5. Fernandez, Raquel & Rodrik, Dani, 1991. "Resistance to Reform: Status Quo Bias in the Presence of Individual-Specific Uncertainty," American Economic Review, American Economic Association, vol. 81(5), pages 1146-1155, December.
    6. Dani Rodrik, 1996. "Understanding Economic Policy Reform," Journal of Economic Literature, American Economic Association, vol. 34(1), pages 9-41, March.
    7. John Williamson, 1994. "The Political Economy of Policy Reform," Peterson Institute Press: All Books, Peterson Institute for International Economics, number 68.
    8. Jürgen Janger, 2005. "Sectoral Regulation in Austria before and after EU Accession — The Network Industries as a Case in Point," Monetary Policy & the Economy, Oesterreichische Nationalbank (Austrian Central Bank), issue 2, pages 178-195.
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    Citations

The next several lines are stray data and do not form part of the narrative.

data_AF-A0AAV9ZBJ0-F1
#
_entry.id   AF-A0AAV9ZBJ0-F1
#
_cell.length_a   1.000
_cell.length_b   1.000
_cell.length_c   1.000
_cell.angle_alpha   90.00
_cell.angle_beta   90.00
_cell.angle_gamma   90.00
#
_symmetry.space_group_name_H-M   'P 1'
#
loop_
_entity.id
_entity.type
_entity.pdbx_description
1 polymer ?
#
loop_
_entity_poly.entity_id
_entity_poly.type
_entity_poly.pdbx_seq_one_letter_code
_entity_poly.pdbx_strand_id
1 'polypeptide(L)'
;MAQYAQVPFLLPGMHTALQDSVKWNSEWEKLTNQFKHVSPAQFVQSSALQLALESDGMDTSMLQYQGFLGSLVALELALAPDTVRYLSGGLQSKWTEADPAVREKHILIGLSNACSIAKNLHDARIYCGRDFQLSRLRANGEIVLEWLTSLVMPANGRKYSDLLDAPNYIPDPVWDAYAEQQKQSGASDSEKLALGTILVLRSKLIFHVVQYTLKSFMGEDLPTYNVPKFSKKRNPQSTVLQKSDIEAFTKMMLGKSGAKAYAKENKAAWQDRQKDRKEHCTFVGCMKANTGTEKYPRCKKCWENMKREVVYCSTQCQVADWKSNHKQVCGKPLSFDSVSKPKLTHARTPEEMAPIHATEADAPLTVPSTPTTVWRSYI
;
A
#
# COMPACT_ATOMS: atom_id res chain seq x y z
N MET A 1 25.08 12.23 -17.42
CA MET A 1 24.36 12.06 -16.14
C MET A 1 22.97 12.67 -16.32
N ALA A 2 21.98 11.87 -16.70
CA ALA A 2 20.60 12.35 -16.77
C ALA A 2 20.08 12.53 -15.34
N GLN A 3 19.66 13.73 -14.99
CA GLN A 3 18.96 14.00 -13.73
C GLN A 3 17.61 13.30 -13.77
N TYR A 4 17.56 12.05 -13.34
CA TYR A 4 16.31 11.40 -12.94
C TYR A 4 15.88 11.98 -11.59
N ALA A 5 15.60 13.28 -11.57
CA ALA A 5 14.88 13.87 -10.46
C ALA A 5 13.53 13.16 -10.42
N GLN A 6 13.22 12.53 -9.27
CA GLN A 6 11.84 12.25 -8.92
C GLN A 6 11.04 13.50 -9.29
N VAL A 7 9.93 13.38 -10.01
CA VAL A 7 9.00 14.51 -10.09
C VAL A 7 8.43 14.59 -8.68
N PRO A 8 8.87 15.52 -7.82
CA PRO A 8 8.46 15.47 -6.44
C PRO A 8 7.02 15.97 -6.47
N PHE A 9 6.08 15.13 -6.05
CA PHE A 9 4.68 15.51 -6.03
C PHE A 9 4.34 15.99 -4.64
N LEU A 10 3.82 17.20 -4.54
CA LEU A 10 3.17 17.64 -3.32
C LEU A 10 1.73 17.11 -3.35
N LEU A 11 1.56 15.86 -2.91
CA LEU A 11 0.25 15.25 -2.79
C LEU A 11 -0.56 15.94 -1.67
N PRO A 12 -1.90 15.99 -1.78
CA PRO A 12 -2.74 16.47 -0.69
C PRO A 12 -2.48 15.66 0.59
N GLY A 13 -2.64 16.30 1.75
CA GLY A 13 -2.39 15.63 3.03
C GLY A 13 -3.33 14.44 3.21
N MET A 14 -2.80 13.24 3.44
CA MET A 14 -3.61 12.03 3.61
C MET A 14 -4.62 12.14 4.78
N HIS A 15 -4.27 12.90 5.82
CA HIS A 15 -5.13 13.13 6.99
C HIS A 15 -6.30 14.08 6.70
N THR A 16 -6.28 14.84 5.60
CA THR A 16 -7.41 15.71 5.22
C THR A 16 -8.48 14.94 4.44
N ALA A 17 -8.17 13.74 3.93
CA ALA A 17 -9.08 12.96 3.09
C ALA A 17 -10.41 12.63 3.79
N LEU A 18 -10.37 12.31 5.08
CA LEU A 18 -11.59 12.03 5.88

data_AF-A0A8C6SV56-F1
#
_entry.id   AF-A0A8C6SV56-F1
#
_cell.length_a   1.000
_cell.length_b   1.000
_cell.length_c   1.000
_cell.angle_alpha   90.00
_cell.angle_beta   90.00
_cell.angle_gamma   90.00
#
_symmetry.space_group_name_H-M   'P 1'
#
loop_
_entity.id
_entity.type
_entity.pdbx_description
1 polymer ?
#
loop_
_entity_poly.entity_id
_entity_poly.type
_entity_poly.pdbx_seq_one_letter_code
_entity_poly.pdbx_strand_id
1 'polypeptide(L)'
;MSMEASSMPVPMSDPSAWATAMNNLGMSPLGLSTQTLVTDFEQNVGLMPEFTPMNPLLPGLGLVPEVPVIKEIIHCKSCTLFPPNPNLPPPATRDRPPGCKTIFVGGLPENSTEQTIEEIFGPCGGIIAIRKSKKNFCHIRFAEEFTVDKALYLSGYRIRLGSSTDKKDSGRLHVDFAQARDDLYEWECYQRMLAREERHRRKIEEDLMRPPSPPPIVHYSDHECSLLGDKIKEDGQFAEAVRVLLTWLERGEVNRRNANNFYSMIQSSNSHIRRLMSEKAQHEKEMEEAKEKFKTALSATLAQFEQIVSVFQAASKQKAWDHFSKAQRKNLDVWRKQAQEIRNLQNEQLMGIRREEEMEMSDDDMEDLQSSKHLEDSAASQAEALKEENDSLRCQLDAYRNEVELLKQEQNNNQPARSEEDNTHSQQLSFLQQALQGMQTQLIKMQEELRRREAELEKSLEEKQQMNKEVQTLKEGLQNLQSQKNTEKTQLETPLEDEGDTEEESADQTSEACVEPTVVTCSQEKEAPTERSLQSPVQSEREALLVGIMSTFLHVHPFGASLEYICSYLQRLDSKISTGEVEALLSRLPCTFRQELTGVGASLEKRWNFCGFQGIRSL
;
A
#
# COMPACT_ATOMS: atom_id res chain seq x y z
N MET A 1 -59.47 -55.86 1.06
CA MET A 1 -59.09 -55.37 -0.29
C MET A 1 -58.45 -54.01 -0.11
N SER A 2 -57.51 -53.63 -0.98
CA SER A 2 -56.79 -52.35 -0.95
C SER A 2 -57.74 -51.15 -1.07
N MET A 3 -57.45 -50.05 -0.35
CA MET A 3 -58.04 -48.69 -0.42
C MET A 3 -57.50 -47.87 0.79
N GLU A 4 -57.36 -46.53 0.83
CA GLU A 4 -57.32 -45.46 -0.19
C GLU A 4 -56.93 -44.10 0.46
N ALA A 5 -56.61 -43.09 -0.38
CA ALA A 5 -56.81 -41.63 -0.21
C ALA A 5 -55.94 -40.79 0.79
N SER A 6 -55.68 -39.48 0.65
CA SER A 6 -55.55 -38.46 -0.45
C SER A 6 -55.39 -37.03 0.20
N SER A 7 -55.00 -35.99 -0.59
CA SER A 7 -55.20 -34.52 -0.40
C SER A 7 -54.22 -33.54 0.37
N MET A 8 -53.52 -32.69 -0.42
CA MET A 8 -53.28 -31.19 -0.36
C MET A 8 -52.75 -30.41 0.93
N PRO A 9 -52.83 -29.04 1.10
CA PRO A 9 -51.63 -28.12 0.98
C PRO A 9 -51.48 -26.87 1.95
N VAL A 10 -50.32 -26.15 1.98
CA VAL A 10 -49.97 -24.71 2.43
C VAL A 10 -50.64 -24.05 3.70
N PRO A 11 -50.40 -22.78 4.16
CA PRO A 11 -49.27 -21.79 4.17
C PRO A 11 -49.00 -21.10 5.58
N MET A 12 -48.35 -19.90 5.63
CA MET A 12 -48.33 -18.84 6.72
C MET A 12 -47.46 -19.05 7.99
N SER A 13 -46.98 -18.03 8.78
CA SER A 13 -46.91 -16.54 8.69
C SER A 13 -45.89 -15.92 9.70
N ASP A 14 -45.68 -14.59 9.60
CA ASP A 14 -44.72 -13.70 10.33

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    Cited by:

    1. Moog, Stefan & Müller, Christoph & Raffelhüschen, Bernd, 2010. "Ehrbare Staaten? Die deutsche Generationenbilanz im internationalen Vergleich: Wie gut ist Deutschland auf die demografische Herausforderung vorbereitet?," FZG Discussion Papers 44, University of Freiburg, Research Center for Generational Contracts (FZG).
    2. Sánchez-Romero, Miguel & Sambt, Jože & Prskawetz, Alexia, 2013. "Quantifying the role of alternative pension reforms on the Austrian economy," Labour Economics, Elsevier, vol. 22(C), pages 94-114.
    3. Roman Raab, 2011. "Financial incentives in the Austrian PAYG-pension system: micro-estimation," Empirica, Springer;Austrian Institute for Economic Research;Austrian Economic Association, vol. 38(2), pages 231-257, May.
    4. Christian Jaag & Christian Keuschnigg & Mirela Keuschnigg, 2010. "Pension reform, retirement, and life-cycle unemployment," International Tax and Public Finance, Springer;International Institute of Public Finance, vol. 17(5), pages 556-585, October.
    5. Raffelhüschen, Bernd & Hagist, Christian & Moog, Stefan & Vatter, Johannes, 2009. "Ehrbare Staaten? Die deutsche Generationenbilanz im internationalen Vergleich," Argumente zur Marktwirtschaft und Politik 107, Stiftung Marktwirtschaft / The Market Economy Foundation, Berlin.